Here’s what I do, and feel free to use it as a template for your writing:

9.00am

Sit down at my desk with a cup of tea and load up my content calendar. I check what content I’ve come up with, and I pick 3 to 4 that I’d like to write up.

9.15am

I open a Google Doc and slap in the headline, along with a few bulletpoints outlining the general structure I’d like to follow: step 1, 2, 3, etc for a how-to guide, an item list for a listicle, or a series of discussion points for a general article.

I do this for each and every blog.

9.30am

I begin researching blog 1, finding some useful sources and noting what I think is relevant for them under the appropriate section.

9.45am

I do the same for blog 2.

10.00am

And blog 3.

10.15am

And blog 4.

10.30am

I make another cup of tea. Refreshing! I open up blogs 1 to 4, re-orient my thinking, and start writing.

11.30am

I finish writing, having completed first drafts of each blog. These will be rough, probably far too long and riddled with typos, but they are 80 per cent completed. In just one hour, I’ve written up to 2,000 words, and completed the majority of my writing work for that particular blog before lunchtime on Monday.

I rest my fingers, and reward myself with an early lunch. Maybe sushi today?

After lunch

Time for edits!

Scaling this method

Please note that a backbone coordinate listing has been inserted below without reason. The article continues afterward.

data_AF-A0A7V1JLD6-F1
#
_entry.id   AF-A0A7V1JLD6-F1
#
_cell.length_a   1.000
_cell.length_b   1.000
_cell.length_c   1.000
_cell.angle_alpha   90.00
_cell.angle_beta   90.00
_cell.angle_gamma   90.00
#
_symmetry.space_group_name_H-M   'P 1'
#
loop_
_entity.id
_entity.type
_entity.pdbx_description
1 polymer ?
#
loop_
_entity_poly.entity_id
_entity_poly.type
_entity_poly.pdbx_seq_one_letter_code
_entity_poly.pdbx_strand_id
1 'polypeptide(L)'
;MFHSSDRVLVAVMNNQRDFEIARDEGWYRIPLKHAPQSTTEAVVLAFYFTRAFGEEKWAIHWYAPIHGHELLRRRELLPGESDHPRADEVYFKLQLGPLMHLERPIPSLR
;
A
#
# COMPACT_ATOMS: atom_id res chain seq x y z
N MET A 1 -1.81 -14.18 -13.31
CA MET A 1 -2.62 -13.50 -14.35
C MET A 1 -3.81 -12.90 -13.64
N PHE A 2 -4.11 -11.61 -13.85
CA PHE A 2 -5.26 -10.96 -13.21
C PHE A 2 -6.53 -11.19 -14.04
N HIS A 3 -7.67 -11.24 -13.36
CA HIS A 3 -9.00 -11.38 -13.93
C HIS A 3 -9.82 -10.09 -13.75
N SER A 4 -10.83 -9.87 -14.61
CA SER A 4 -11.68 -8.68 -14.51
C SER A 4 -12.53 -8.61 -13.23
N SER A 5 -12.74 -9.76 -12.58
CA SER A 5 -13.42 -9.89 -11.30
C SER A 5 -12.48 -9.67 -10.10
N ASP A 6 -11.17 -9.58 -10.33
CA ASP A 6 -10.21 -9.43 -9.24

One of the best things about task batching is that it is scaleable. You can batch as much as you like; sometimes I’ll batch out 7 or 8 blogs, and spend a whole day just planning, or I’ll plan out 2 to 3 long blogs—the same method applies.

Whether you’re a CEO or a junior copywriter, this is the way to get articles written quickly and effectively.

My personal record using this method is writing 5,000 words in a day, all of it well-researched, well-structured and well-worded because I made sure I was in the right frame of mind to create good content; not constantly switching from research brain to write brain.

And that’s not just because I’m a professional writer. Anyone can use this method. Whether you’re a CEO or a junior copywriter, this is the way to get articles written quickly and effectively.

Summary

Task batching is nothing new. I didn’t come up with it, as much as I wish I had. You can use it for anything, from data entry, to designing images, to manual labour—and, as I’ve demonstrated, even something like writing blogs.

Blogs don’t have to suck up all your time. Even if your business doesn’t have an internal copywriter, all it takes is 2 to 3 hours a month to create enough content for a weekly blog post.

Of course, that’s assuming you’re doing the absolute bare minimum of  business blogging. One 400 word blog a week is a good start, but if you want to really compete, it’s absolutely necessary to step up your writing both in terms of quantity and quality.

That’s why I have a job as a content writer, after all—anyone can use this method to write quickly, but if you want more than the bare basics of blogging, I’d recommend getting a professional in.

I hope you’ve found this useful in getting your business blog started (or restarted). To put your best foot forward, get in touch with me here for a consultation, or to discuss some ongoing content work.

Good luck!